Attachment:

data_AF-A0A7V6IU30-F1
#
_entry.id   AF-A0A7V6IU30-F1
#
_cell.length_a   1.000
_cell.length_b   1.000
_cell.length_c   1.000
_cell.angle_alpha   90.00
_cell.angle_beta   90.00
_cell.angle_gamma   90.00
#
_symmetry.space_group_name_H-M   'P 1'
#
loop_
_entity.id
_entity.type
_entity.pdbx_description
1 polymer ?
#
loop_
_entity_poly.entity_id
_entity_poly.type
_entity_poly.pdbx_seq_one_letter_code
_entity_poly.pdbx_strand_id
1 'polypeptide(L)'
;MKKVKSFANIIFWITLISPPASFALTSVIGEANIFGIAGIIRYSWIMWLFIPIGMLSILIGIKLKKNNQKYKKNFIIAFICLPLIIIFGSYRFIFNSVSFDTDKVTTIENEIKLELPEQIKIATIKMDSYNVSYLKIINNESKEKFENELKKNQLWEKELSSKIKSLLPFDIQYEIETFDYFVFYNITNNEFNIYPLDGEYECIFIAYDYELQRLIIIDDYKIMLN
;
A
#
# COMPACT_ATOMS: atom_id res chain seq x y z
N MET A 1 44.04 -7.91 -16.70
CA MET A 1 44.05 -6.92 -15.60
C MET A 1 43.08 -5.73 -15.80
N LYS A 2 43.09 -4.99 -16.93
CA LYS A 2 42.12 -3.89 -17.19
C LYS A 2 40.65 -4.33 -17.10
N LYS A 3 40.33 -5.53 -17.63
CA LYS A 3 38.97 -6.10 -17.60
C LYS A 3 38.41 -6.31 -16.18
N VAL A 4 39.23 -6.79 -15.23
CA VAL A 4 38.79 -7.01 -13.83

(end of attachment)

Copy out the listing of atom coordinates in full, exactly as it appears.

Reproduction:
data_AF-A0A7V6IU30-F1
#
_entry.id   AF-A0A7V6IU30-F1
#
_cell.length_a   1.000
_cell.length_b   1.000
_cell.length_c   1.000
_cell.angle_alpha   90.00
_cell.angle_beta   90.00
_cell.angle_gamma   90.00
#
_symmetry.space_group_name_H-M   'P 1'
#
loop_
_entity.id
_entity.type
_entity.pdbx_description
1 polymer ?
#
loop_
_entity_poly.entity_id
_entity_poly.type
_entity_poly.pdbx_seq_one_letter_code
_entity_poly.pdbx_strand_id
1 'polypeptide(L)'
;MKKVKSFANIIFWITLISPPASFALTSVIGEANIFGIAGIIRYSWIMWLFIPIGMLSILIGIKLKKNNQKYKKNFIIAFICLPLIIIFGSYRFIFNSVSFDTDKVTTIENEIKLELPEQIKIATIKMDSYNVSYLKIINNESKEKFENELKKNQLWEKELSSKIKSLLPFDIQYEIETFDYFVFYNITNNEFNIYPLDGEYECIFIAYDYELQRLIIIDDYKIMLN
;
A
#
# COMPACT_ATOMS: atom_id res chain seq x y z
N MET A 1 44.04 -7.91 -16.70
CA MET A 1 44.05 -6.92 -15.60
C MET A 1 43.08 -5.73 -15.80
N LYS A 2 43.09 -4.99 -16.93
CA LYS A 2 42.12 -3.89 -17.19
C LYS A 2 40.65 -4.33 -17.10
N LYS A 3 40.33 -5.53 -17.63
CA LYS A 3 38.97 -6.10 -17.60
C LYS A 3 38.41 -6.31 -16.18
N VAL A 4 39.23 -6.79 -15.23
CA VAL A 4 38.79 -7.01 -13.83